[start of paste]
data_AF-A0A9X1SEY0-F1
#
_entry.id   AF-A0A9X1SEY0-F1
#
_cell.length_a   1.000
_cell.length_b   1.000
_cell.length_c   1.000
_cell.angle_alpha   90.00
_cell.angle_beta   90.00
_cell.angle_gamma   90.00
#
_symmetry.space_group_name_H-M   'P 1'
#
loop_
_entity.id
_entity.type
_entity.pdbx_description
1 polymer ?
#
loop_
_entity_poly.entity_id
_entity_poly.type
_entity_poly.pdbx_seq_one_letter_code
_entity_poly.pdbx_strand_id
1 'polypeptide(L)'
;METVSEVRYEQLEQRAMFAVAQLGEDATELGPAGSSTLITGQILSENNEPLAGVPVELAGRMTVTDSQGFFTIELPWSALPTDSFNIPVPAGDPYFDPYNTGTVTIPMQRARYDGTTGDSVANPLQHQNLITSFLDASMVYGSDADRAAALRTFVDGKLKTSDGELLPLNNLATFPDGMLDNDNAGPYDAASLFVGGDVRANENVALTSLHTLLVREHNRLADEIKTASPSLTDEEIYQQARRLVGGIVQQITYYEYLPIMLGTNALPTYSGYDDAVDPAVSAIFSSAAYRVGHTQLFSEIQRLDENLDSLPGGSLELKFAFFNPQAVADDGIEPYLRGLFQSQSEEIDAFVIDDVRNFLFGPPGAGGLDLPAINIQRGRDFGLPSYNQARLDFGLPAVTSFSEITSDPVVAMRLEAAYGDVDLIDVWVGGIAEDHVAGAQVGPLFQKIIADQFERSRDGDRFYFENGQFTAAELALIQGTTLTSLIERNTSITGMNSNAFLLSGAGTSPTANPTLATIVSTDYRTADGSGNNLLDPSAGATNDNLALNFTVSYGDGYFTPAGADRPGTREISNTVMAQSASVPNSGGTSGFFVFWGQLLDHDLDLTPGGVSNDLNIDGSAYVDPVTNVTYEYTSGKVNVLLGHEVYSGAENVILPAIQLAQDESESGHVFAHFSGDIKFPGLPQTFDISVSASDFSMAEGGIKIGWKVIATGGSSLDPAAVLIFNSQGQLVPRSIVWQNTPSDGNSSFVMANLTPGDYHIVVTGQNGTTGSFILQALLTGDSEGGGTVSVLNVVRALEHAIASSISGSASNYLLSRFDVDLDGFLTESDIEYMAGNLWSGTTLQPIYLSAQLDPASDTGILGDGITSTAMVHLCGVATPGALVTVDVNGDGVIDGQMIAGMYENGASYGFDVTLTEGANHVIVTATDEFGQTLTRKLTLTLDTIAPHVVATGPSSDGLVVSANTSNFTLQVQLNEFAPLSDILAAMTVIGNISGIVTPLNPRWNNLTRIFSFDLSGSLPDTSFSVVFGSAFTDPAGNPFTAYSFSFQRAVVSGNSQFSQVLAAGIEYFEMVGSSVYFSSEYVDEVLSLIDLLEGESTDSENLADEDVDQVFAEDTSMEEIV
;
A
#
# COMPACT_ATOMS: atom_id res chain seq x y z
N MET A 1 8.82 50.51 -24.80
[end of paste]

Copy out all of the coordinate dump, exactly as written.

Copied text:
data_AF-A0A9X1SEY0-F1
#
_entry.id   AF-A0A9X1SEY0-F1
#
_cell.length_a   1.000
_cell.length_b   1.000
_cell.length_c   1.000
_cell.angle_alpha   90.00
_cell.angle_beta   90.00
_cell.angle_gamma   90.00
#
_symmetry.space_group_name_H-M   'P 1'
#
loop_
_entity.id
_entity.type
_entity.pdbx_description
1 polymer ?
#
loop_
_entity_poly.entity_id
_entity_poly.type
_entity_poly.pdbx_seq_one_letter_code
_entity_poly.pdbx_strand_id
1 'polypeptide(L)'
;METVSEVRYEQLEQRAMFAVAQLGEDATELGPAGSSTLITGQILSENNEPLAGVPVELAGRMTVTDSQGFFTIELPWSALPTDSFNIPVPAGDPYFDPYNTGTVTIPMQRARYDGTTGDSVANPLQHQNLITSFLDASMVYGSDADRAAALRTFVDGKLKTSDGELLPLNNLATFPDGMLDNDNAGPYDAASLFVGGDVRANENVALTSLHTLLVREHNRLADEIKTASPSLTDEEIYQQARRLVGGIVQQITYYEYLPIMLGTNALPTYSGYDDAVDPAVSAIFSSAAYRVGHTQLFSEIQRLDENLDSLPGGSLELKFAFFNPQAVADDGIEPYLRGLFQSQSEEIDAFVIDDVRNFLFGPPGAGGLDLPAINIQRGRDFGLPSYNQARLDFGLPAVTSFSEITSDPVVAMRLEAAYGDVDLIDVWVGGIAEDHVAGAQVGPLFQKIIADQFERSRDGDRFYFENGQFTAAELALIQGTTLTSLIERNTSITGMNSNAFLLSGAGTSPTANPTLATIVSTDYRTADGSGNNLLDPSAGATNDNLALNFTVSYGDGYFTPAGADRPGTREISNTVMAQSASVPNSGGTSGFFVFWGQLLDHDLDLTPGGVSNDLNIDGSAYVDPVTNVTYEYTSGKVNVLLGHEVYSGAENVILPAIQLAQDESESGHVFAHFSGDIKFPGLPQTFDISVSASDFSMAEGGIKIGWKVIATGGSSLDPAAVLIFNSQGQLVPRSIVWQNTPSDGNSSFVMANLTPGDYHIVVTGQNGTTGSFILQALLTGDSEGGGTVSVLNVVRALEHAIASSISGSASNYLLSRFDVDLDGFLTESDIEYMAGNLWSGTTLQPIYLSAQLDPASDTGILGDGITSTAMVHLCGVATPGALVTVDVNGDGVIDGQMIAGMYENGASYGFDVTLTEGANHVIVTATDEFGQTLTRKLTLTLDTIAPHVVATGPSSDGLVVSANTSNFTLQVQLNEFAPLSDILAAMTVIGNISGIVTPLNPRWNNLTRIFSFDLSGSLPDTSFSVVFGSAFTDPAGNPFTAYSFSFQRAVVSGNSQFSQVLAAGIEYFEMVGSSVYFSSEYVDEVLSLIDLLEGESTDSENLADEDVDQVFAEDTSMEEIV
;
A
#
# COMPACT_ATOMS: atom_id res chain seq x y z
N MET A 1 8.82 50.51 -24.80